INTERVIEW: Goddamn Gentlemen|
Punk Rock's Kyle Huth Sits Back and Talks About The Goddamn Gentlemen, Portland, and Life (Uppercut Records)
By: Angelo de Ieso II
Uppercut Records is downright ecstatic to present The Goddamn Gentlemen and their explosive new release entitled Sex-Caliber Horse Power. These five Portland boozehounds reek of the Northwest. They deliver their Sonics-influenced, farfisa crazy, dual guitar driven wall of sound with all the subtlety of a shovel to the head. Thirteen highly charged and temperamental songs of crime, booze, cars, & blood that attacks with the reckless abandon of a mental patient on PCP - switches gears to cool, collected, moody, confident, almost intellectual moments - before blasting back to hell in a distorted frenzy. If there's any other band today playing garage rock of this caliber - we're not aware of them. This album will have the punks, gearheads, and garage scenesters bowing to the now sound of The Goddamn Gentlemen.
My friend Kyle Huth of the Goddamn Gentlemen and Fist City (two of the most bad-ass P-town bands) took a moment to talk about his adventures in drumming. The Gentlemen are a whiskey-fueled, balls-to-the-wind garage outfit known for their deafening debauchery and ass-shaking riffs. On the other side of the spectrum, Fist City is a countrified group with a feminine touch, Up-right bass, and whiskey sipping sensibilities (versus the Gentlemen's whiskey slamming sensibilities). However, it is not to be mistaken that Fist City is "that whiny emo shit." No siree. Kyle took a moment to break it down for me--here's how the interview went:
Angelo: Two great bands. Like apples and oranges I suppose. What is it like playing in two bands that are so dissimilarly sounding?
Kyle: It's cool. It's really difficult to separate bands from the process of being in them. The years of playing and the times of being really aware that the music is moving to another level as well as nights where everything just sucks are all part of how I think about the bands. And somewhere between making grand leaps and sucking is how both bands have always operated- refining what we're doing and doing things hopefully a little better.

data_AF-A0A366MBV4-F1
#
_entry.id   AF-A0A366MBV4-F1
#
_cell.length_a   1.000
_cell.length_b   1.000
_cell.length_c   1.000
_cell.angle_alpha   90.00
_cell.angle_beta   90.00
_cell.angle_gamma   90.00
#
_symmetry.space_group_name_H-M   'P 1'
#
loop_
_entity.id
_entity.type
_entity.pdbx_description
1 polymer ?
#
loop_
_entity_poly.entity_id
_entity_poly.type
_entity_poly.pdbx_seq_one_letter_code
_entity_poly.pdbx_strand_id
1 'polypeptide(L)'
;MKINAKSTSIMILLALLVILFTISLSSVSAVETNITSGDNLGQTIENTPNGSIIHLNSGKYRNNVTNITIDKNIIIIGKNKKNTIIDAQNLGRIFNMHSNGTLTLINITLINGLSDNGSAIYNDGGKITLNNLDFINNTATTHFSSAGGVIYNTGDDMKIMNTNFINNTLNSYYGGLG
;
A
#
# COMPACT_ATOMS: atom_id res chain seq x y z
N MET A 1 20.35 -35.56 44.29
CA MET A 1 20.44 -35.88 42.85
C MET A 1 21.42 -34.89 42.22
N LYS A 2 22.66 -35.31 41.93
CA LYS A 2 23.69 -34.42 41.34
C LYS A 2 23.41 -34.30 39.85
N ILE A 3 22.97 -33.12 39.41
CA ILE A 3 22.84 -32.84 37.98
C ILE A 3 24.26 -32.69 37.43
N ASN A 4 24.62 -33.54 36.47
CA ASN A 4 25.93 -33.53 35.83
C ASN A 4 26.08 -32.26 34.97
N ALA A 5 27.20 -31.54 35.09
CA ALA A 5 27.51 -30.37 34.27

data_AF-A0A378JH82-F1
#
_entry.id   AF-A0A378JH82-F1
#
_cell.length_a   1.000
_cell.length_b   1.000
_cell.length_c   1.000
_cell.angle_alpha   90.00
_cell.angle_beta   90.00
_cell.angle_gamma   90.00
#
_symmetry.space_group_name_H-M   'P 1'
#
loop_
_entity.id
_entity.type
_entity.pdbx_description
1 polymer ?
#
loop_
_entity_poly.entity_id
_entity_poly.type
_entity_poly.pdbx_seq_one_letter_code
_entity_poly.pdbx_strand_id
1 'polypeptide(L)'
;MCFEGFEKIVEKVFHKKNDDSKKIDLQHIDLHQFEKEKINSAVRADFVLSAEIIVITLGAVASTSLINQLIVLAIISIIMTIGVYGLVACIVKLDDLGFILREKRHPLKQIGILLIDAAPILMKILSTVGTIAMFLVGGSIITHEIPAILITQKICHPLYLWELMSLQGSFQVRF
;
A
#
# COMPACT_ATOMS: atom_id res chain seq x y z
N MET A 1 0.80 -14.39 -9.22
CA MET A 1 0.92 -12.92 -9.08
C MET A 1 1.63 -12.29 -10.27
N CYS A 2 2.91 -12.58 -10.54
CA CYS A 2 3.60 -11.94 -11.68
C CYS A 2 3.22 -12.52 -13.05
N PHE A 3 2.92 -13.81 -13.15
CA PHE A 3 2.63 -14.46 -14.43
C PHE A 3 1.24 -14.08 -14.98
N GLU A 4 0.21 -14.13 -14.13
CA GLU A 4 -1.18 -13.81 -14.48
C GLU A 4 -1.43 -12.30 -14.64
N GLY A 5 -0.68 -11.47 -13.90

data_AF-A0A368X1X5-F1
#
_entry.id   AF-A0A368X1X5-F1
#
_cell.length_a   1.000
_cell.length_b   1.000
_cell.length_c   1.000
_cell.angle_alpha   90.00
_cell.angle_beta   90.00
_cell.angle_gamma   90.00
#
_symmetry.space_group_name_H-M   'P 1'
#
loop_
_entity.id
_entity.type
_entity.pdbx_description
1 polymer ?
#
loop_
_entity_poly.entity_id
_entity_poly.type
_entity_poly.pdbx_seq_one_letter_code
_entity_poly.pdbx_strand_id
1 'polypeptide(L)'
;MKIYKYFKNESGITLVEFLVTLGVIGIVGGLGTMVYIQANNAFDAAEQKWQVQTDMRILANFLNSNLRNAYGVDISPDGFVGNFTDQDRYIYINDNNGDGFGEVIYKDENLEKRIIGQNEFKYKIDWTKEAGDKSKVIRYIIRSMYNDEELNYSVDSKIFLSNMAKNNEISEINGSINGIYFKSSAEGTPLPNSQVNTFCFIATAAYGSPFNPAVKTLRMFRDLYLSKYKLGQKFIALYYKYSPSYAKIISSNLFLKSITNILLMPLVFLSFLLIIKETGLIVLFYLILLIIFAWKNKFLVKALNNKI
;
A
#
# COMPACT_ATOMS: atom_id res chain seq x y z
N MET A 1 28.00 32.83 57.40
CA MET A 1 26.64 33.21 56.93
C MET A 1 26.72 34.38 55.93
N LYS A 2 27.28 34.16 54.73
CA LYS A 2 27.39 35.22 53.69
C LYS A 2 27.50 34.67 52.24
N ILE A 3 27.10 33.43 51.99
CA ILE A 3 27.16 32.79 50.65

Angelo: Do you think there is a "Portland scene"? If so, how would you describe it?
Kyle: The Portland scene or whatever you want to call it is great. That word kind of conjures up the image of a really closed group with a myopic vision and aesthetic and though that stuff exists, I'm not a part of it. the people that I consider close I would say put a premium on good music and don't really have an agenda beyond that.
Angelo: There's a lot of different genres--
Kyle: I think the playing field is pretty wide here - and there are some incredible people playing some incredible music here. I don't take that for granted.
Angelo: You are a phenomenal drummer (kissing Kyle's ass). What inspired you to become a drummer?
Kyle: I was a late starter. I messed around a little bit in high school and was always a huge record buyer but I didn't get a kit until I was in my twenties. I've been playing now for almost ten years and I still get super excited just to sit down and play and learn new stuff. really, just thinking about it I wish I had sticks in my hand.
Angelo: What shows are most memorable for you?
Kyle: Playing at EJ's with the Silver Kings on a weeknight with hardly anyone there remain some of my favorite shows. In fact, almost every show the Goddamn Gentlemen played at EJ's would probably be a favorite show. We were just figuring out how to play well and that was a really fun time.
Angelo: What about local bands? Who has been fun to play with around Rose City?
Kyle: The Heavy Johnson Trio were like the hugest rock stars to me- and the Dickle Brothers and Umberhulk were so good. Then the Fireballs and Lopez moved to town. That era seems like an endless party that was actually fun- a really special time. It's still great to play with the Fireballs and we haven't played with the Heavy Johnsons or Lopez in a while but I sill love those guys. There are actually a lot of bands here in town I like a lot that I would like to play with but haven't - I would really be into playing shows that reflected the variety of things happening in Portland. it makes going to a show a lot more interesting when you're not watching four bands with the same influences--and playing with Dead Moon was incredible. That meant an incredible amount to us- they've refined what they do to an art form and play with such a beautiful and passionate abandon. They are incredible- and they live right here. it always blows me a way that I can see one of the best bands in the world so often in a club right here.